If Visual SourceSafe is like most version control systems, all
versions for a particular file is stored in a single repository file.
You modify a single line in VSS, and that one file will be updated.
Subversion treats the whole repository like it was a single file. You
could say that if you modify one line of a file in Subversion, only
that line is "versioned" vs. a whole file in VSS (or most other
version control systems). Or you could say that VSS versions just that
one file while Subversion versions every file in the repository.
It really doesn't matter all that much. Originally, diff versioning
was done because of a true lack of space. However, when a 2Tb drive
(that's 2000 Gb or 2,000,000 Mb) is only $200, space storage
efficiency really doesn't matter how space efficient a version control
In fact, Subversion is a great space hog when it comes to the client
side. If you checkout 100Mb of files, you're actual working directory
will contain about 220Mb of files. Subversion stores two copies of
each file in a working directory. That way, it can do diffs, status
reports, and other useful bits of information without going back to
the repository. Apparently, the designers figured the extra space was
worth the efficiency of not having to contact the repository for the
most common commands.
The big problem with VSS was the way clients would talk with the
repository. There was very little verification of what was going on,
and repository corruption ran rampant. You'd think this would be the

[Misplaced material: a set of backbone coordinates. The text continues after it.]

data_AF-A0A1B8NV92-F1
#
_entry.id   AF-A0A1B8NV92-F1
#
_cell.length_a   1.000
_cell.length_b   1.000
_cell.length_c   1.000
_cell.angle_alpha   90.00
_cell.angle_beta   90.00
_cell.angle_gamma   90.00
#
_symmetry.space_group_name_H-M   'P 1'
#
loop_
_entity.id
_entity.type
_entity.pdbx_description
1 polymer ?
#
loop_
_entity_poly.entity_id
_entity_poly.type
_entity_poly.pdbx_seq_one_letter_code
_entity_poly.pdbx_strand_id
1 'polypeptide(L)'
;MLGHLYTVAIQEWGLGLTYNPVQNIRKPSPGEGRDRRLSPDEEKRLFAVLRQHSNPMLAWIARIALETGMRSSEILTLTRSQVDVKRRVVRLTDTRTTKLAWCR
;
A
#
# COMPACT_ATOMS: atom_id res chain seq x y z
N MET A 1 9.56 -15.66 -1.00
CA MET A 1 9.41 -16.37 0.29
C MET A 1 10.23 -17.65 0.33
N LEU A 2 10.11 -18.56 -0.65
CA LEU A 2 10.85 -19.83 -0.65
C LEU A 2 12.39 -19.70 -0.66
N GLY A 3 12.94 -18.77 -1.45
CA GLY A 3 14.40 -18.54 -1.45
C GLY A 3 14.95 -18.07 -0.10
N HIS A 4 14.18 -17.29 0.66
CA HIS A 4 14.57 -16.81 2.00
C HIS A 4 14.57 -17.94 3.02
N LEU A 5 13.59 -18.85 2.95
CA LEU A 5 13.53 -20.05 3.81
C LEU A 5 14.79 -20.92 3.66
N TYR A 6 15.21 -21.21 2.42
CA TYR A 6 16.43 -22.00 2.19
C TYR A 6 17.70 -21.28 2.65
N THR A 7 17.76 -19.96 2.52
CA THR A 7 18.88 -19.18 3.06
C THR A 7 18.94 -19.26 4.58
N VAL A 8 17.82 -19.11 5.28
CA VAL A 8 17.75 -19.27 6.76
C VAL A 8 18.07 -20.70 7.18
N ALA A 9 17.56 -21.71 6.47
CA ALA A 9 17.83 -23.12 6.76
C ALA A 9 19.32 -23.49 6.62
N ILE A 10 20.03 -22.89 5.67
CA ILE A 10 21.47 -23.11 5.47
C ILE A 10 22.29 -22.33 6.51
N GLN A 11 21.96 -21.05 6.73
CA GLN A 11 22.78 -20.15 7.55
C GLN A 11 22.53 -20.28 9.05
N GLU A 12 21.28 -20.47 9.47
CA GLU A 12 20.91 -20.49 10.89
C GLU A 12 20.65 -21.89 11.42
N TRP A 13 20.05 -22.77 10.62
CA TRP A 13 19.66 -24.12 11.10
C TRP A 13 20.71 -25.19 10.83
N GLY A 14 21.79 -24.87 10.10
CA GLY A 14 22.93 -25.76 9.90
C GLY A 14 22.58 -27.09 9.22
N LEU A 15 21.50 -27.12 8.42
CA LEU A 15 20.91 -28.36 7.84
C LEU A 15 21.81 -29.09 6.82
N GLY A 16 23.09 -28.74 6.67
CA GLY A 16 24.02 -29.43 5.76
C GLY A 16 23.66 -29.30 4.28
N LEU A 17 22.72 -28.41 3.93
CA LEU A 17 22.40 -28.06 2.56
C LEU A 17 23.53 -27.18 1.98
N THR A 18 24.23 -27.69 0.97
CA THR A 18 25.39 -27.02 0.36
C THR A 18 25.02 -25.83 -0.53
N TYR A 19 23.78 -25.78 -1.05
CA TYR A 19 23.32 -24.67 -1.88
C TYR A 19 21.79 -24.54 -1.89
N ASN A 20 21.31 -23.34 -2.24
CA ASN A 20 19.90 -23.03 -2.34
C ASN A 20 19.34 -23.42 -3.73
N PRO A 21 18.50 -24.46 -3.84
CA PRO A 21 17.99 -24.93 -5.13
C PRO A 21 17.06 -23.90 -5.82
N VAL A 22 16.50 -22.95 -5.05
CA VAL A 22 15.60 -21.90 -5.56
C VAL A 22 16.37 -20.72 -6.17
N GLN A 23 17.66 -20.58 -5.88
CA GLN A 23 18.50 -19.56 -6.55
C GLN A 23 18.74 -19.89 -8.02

number one thing a version control tool should never do, but
apparently "not corrupting the repository" never quite made it into
the VSS specs.
As one person told me: Your code is safer if you print it out on paper
and ran it through a shredder than to trust it to Visual SourceSafe.
And, that person worked as a development manager at Microsoft.
On Thu, Feb 5, 2009 at 10:09 AM, Reedick, Andrew <jr9445_at_att.com> wrote:
>> -----Original Message-----
>> From: vichy [mailto:vichy.kuo_at_gmail.com]
>> Sent: Thursday, February 05, 2009 9:54 AM
>> To: Olivier Sannier
>> Cc: Ryan Schmidt; users_at_subversion.tigris.org
>> Subject: Re: The minimum commint unit?
>> Thanks for your help.
>> According your explanation, the size of VSS finally will bigger than
>> SVN, since VSS record the whole file while SVN only record what line
>> changed in the database?
>> appreciate your help.
> It could be:
> a) The minimum commit unit for both VSS and SVN is a file. That's the
> smallest object you can actually version. (Well, technically a
> versioned property is the smallest unit, but you still have to attach
> the property to a file/dir.
> Or it could be:
> b) In the old days, many versioning systems would store binary files as
> whole files. Nowadays they store deltas for both text and binary files.
> From what I can google, it appears that VSS stores just the delta for
> both text and binary files. Subversion uses deltas for both also.
> "minimum commit unit" isn't a common metric that I'm familiar with.
> Plus, I think the "minimum commit unit" metric listed on the site is not
> useful and/or accurate. I would ignore the "minimum commit unit".
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Received on 2009-02-05 18:49:33 CET